1. ## Quickie #8

Prove that for any positive integer $n$

. . $n^4 + 2n^3 + 2n^2 + 2n + 1$ is never a perfect square.

2. Originally Posted by Soroban
Prove that for any positive integer $n$

. . $n^4 + 2n^3 + 2n^2 + 2n + 1$ is never a perfect square.

$(n^4+2n^2+1)+(2n^3+2n)$
$(n^2+1)^2+2n(n^2+1)$
$(n^2+1)((n^2+1)+2n)$
$(n^2+1)(n^2+2n+1)$
$(n^2+1)(n+1)^2$
Assume it is a square....
Theorem: If a product of a positive integer and a square is is square then that positive integer itself must be a square.

Thus,
$n^2+1=m^2$
$m^2-n^2=1$
$(m+n)(m-n)=1$
Trivial-Improper factorization,
$m+n=1$
$m-n=1$
Thus,
$n=0$.
But the problem says positive integer.... a contradiction.

This is mine 4th Post!!!

3. Here's a thought:

If you factor:

$(n+1)^{2}(n^{2}+1)=k^{2}$

Take the square root:

$(n+1)\sqrt{n^{2}+1}=k$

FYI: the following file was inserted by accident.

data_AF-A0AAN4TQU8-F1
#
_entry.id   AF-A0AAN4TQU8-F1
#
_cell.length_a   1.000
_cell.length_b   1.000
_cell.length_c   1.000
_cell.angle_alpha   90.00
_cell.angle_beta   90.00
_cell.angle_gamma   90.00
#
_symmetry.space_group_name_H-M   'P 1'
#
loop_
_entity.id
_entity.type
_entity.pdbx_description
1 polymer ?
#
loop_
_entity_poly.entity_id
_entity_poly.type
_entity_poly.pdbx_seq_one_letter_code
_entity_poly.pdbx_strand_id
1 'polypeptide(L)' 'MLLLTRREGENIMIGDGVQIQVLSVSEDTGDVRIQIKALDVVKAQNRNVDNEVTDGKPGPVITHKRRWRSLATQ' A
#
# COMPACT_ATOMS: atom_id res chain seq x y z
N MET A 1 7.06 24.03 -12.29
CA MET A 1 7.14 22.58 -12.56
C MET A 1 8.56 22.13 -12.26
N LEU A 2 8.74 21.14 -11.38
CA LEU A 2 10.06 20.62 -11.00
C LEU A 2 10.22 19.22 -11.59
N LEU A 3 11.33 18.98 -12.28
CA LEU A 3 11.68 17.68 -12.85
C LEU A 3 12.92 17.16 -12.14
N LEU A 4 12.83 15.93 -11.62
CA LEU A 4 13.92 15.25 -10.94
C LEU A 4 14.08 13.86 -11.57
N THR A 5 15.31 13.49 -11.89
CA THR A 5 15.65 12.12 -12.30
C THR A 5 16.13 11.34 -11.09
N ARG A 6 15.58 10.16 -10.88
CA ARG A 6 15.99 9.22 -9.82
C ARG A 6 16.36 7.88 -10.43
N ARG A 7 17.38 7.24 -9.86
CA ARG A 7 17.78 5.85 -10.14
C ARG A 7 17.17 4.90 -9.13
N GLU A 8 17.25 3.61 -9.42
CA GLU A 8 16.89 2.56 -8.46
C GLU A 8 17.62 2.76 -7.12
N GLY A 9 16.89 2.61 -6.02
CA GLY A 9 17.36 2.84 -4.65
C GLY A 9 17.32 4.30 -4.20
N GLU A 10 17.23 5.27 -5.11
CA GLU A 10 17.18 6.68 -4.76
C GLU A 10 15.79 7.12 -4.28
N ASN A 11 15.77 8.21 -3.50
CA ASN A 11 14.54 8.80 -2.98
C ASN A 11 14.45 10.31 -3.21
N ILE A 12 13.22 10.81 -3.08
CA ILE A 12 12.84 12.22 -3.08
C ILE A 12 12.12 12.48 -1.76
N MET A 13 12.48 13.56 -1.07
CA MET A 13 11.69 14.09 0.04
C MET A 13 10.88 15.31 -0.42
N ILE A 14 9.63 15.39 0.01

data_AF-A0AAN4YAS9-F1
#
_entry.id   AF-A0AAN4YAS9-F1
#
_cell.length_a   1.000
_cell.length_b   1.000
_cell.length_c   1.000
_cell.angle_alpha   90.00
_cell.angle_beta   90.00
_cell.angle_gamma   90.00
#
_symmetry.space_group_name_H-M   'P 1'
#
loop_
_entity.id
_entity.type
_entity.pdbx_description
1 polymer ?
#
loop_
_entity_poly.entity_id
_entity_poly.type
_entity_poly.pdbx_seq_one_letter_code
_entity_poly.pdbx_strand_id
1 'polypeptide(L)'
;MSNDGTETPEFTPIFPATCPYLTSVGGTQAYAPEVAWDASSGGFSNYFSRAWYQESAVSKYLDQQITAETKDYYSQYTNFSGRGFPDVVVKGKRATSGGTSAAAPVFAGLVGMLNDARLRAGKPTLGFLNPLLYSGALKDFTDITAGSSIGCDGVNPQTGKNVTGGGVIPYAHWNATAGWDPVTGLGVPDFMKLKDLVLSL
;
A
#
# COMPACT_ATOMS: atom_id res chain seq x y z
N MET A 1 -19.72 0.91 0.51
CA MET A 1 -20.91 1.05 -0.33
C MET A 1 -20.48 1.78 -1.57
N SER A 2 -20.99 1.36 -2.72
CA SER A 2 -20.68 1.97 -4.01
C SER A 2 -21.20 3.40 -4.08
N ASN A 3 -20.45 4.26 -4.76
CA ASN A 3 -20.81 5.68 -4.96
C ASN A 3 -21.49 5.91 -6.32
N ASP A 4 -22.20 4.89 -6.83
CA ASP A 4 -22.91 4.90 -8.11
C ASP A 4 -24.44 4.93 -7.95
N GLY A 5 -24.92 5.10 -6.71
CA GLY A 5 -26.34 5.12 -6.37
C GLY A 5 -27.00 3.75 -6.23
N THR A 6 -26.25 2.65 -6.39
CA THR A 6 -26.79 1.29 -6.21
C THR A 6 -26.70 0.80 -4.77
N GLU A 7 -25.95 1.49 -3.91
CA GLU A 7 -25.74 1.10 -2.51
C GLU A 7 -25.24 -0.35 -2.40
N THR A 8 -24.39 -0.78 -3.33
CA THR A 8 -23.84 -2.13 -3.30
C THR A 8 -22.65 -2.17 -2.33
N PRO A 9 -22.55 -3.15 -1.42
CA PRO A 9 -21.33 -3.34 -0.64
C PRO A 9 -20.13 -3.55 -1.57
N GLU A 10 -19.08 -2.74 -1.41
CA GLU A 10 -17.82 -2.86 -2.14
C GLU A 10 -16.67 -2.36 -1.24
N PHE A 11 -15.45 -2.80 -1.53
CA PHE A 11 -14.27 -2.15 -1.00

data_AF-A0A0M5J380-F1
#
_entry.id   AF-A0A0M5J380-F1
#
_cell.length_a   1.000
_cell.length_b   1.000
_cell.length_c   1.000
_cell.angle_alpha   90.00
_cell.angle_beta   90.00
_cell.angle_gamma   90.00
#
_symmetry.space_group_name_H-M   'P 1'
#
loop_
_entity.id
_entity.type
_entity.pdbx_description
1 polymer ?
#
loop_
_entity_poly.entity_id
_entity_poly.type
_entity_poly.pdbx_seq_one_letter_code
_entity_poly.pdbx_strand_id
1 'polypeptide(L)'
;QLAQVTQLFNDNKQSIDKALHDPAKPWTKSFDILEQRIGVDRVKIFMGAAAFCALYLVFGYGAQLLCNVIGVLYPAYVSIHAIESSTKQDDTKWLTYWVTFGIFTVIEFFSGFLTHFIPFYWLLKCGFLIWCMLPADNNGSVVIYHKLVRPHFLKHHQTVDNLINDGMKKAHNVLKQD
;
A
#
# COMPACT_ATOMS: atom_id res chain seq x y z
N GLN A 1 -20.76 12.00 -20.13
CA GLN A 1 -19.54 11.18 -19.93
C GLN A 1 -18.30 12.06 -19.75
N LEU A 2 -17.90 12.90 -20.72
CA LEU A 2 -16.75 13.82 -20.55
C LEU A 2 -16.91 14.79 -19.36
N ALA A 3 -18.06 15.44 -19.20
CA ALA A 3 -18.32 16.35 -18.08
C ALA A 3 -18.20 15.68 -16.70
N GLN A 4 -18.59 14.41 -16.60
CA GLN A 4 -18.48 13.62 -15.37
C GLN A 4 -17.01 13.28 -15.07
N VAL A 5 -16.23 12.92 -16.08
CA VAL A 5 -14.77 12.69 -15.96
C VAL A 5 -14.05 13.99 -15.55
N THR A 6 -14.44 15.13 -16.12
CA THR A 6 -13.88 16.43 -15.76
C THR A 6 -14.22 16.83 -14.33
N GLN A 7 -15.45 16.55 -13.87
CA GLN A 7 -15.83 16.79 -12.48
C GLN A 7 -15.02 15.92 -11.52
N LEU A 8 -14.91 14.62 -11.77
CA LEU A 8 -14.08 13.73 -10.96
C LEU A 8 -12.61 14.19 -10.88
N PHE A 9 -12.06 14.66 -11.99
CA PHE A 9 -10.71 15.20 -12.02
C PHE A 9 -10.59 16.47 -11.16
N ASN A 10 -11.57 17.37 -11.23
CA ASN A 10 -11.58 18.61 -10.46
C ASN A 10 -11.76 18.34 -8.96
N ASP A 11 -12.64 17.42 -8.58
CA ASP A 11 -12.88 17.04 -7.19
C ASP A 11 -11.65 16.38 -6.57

If n is a positive integer, then k can not be an integer, therefore, can not be a perfect square.

4. Hello, Hacker and Galactus!

The "Quickie" solution is surprisingly clever
. . but almost impossible to derive.

Let $N \:=\:n^4 + 2n^3 + 2n^2 + 2n + 1$

Since $n^4 + 2n^3 + n^2 \:< \:n^4 + 2n^3 + 2n^2 + 2n + 1$
. . we have: . $(n^2 + n)^2 \:< \:N$

Since $n^4 + 2n^3 + 2n^2 + 2n + 1 \:< \:n^4 + 2n^3 + 3n^2 + 2n + 1$
. . we have: . $N \:< \:(n^2 + n + 1)^2$

Hence: . $(n^2 + n)^2 \:< \:N \:< \:(n^2 + n + 1)^2$
. . and $N$ lies between two consecutive squares.